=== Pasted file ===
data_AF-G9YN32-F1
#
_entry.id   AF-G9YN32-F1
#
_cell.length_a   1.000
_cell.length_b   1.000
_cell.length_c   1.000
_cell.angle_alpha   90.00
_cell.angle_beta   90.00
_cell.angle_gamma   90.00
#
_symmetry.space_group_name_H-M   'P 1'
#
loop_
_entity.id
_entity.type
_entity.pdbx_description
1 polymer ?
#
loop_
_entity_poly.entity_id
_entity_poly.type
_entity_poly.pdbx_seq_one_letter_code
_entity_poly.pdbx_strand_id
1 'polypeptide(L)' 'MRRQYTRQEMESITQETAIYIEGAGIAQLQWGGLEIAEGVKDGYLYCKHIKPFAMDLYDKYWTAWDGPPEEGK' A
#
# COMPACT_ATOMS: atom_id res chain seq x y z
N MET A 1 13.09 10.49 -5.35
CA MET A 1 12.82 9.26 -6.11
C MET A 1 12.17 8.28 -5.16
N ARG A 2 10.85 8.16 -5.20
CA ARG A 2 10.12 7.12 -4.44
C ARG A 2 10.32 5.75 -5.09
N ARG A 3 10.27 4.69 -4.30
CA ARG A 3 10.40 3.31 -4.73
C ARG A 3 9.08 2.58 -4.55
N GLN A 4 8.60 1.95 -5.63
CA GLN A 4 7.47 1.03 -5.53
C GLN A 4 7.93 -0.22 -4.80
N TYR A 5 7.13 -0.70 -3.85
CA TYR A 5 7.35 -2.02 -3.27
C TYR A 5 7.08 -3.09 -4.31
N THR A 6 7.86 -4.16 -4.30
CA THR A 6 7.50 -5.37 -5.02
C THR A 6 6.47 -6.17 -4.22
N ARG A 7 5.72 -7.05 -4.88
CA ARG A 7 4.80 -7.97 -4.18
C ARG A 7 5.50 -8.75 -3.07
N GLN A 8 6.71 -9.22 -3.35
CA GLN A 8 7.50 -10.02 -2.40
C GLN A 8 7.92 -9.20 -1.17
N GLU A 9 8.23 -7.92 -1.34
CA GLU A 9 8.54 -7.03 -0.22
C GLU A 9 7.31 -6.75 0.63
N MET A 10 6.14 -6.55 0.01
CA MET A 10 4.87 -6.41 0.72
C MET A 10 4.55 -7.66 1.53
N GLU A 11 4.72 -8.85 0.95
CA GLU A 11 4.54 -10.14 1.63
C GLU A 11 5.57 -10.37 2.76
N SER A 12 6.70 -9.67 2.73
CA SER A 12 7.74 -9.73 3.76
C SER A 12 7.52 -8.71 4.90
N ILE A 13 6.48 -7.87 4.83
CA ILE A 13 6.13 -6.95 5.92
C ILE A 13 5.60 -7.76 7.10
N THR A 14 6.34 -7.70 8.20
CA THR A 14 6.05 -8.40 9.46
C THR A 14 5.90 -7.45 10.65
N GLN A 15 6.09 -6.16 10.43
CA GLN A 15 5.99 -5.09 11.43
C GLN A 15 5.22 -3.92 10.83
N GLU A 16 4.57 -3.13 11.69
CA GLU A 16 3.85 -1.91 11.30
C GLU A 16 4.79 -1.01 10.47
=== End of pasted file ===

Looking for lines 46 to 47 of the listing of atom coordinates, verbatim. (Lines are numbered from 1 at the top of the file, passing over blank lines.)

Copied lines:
N ARG A 7 5.72 -7.05 -4.88
CA ARG A 7 4.80 -7.97 -4.18